In 1378 Westminster Abbey had to be closed for several months after an unfortunate interlude. Murder had been done in the choir and John of Gaunt was implicated. It didn’t help his reputation as the abbey had to be reconsecrated.
The back story is important. Two knights called Schakell and Hawle or Hauley had taken a Spanish Count prisoner whilst fighting with the Black Prince during the Hundred Years War – the capture took place in 1367 at the Battle of Najera. A ransom was required for the release of the Count of Denia from Aragon. This was normal procedure and one of the reasons why going to war was so popular as men were able to make a fortune on the battlefield by capturing wealthy men. The Count was allowed to return to Spain to organise the ransom but had to leave his son, Alphonso, as a hostage. Ten years later Alphonso, who was the count’s eldest son was still in England.
Unfortunately for Schakell and Robert Hawle, who was actually Schakell’s squire John of Gaunt was negotiating for the Crown of Castile. The fact that a Spanish noble was being held hostage until his pa sent back large sums of cash was not good press. Pressure was applied. Remember this was only a year after Richard II had become king. John’s power whilst not absolute was non the less impressive.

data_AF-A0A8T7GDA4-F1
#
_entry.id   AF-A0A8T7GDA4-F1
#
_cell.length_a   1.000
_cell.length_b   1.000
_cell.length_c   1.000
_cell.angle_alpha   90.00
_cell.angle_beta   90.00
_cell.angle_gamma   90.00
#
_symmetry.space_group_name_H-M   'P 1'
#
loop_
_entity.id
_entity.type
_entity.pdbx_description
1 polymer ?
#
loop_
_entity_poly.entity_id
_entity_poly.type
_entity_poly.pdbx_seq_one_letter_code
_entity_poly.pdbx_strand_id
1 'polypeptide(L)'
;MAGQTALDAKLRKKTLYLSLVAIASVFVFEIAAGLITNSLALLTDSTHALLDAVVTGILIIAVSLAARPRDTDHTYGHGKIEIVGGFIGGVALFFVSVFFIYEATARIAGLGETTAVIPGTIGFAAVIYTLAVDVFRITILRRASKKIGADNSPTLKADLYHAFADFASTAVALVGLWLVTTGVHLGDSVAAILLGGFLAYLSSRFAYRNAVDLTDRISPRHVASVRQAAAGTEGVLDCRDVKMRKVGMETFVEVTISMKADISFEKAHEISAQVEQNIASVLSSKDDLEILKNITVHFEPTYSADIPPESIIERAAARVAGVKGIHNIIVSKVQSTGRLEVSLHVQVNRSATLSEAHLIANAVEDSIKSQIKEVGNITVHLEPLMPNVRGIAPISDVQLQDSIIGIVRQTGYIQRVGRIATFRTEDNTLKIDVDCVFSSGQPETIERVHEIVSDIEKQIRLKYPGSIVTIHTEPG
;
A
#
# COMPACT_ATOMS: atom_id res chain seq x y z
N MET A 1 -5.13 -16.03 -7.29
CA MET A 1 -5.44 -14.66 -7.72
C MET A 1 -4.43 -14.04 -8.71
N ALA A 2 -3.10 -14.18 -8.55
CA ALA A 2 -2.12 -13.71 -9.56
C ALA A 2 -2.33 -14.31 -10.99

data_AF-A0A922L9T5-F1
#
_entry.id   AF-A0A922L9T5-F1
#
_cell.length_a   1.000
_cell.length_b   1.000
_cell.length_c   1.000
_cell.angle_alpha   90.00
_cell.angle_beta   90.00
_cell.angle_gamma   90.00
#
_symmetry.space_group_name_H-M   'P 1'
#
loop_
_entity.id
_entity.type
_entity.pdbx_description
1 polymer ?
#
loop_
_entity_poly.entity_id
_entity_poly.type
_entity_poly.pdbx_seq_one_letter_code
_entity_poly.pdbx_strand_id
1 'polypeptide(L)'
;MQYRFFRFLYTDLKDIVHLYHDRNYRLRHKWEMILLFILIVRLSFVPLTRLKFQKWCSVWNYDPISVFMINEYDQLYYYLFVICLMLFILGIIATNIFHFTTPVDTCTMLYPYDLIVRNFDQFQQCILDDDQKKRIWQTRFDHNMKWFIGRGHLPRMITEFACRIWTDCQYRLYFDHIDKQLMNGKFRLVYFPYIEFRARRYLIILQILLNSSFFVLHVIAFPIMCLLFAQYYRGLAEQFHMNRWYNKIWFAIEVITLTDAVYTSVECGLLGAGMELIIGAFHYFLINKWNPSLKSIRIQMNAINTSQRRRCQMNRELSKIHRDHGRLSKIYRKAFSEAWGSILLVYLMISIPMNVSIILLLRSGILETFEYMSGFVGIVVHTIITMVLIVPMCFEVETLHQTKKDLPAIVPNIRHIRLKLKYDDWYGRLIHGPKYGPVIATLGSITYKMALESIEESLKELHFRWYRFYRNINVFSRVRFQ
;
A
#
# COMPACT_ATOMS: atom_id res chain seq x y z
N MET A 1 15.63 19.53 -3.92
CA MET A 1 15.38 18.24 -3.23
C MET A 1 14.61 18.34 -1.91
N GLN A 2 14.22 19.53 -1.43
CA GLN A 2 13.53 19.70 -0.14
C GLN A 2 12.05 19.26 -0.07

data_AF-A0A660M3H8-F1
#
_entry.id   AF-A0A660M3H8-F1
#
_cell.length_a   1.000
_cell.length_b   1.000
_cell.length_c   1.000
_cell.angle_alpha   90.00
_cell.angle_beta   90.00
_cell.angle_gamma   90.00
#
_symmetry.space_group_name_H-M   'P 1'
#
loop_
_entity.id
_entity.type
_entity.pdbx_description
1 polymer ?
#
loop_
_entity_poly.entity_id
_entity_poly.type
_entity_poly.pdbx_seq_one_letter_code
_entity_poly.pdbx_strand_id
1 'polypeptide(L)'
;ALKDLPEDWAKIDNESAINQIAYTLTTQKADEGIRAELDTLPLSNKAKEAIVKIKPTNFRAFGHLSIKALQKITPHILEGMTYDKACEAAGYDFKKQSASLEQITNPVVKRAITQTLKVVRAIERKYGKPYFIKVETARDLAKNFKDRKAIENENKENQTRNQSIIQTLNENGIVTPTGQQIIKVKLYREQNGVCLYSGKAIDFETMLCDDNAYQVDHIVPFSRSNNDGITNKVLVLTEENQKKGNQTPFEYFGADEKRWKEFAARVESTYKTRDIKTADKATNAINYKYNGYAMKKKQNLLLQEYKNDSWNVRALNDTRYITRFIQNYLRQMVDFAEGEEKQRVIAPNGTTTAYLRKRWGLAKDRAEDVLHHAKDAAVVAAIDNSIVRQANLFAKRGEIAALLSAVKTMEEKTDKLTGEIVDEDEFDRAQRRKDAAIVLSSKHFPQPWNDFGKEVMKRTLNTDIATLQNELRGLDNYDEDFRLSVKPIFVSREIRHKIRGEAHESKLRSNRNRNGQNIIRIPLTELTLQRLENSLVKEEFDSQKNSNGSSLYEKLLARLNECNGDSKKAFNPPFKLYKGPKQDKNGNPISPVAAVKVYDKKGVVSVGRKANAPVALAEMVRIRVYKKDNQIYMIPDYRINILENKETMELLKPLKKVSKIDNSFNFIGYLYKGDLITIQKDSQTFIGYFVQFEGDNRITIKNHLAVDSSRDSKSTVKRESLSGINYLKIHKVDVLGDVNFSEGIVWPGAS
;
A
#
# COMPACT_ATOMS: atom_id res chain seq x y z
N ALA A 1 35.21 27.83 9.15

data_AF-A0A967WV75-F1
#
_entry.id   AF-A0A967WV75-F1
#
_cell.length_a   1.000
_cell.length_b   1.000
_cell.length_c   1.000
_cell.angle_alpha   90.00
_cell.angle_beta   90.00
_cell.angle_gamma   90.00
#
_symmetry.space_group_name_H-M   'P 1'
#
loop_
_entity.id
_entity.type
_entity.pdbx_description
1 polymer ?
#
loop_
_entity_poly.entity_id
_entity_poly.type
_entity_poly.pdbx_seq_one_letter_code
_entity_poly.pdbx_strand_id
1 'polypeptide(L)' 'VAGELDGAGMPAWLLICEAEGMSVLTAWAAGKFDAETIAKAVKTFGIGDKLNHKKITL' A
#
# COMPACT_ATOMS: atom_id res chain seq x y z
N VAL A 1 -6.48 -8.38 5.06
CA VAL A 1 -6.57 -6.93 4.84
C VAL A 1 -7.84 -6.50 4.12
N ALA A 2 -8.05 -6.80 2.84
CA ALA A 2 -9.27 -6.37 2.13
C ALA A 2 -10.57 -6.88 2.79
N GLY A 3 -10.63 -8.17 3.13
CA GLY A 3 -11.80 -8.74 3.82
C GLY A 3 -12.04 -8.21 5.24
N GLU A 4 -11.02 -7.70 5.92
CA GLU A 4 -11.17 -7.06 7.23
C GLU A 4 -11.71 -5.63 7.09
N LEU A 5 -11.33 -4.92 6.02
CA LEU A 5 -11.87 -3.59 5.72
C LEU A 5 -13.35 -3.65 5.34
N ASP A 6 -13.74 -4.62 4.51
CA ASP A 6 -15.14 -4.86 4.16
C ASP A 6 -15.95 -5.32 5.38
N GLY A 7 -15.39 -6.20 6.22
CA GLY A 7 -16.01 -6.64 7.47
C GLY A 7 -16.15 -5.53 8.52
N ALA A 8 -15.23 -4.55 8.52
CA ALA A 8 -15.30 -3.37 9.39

The two knights refused to release their prisoner. John had them arrested and sent to the Tower of London to focus their minds. They managed to escape from the Tower and fled to Westminster Abbey where they claimed sanctuary.
You can probably see where this is going. Sanctuary was ignored by a group of by the Constable of the Tower, Alan Boxhall. Schakell was captured but Hawle and a monk were murdered in the Choir. All of which sounds as though it was a mad chase through the street and an action which took place in the heat of the moment.
Unfortunately a royal letter made its way to the Abbot of Westminster demanding that Schakell and Hawle be handed over. The abbot refused. And that’s when the Constable made his move – so not the heat of the moment. And he didn’t go with a few men. He took fifty men into the abbey.
The upshot of this was that Bloxhall and all who were involved were excommunicated apart from the young Richard II, his mother Joan of Kent and of course John of Gaunt which seems a bit rich as it’s not a wild leap of deduction to work out who the plan’s mastermind might have been.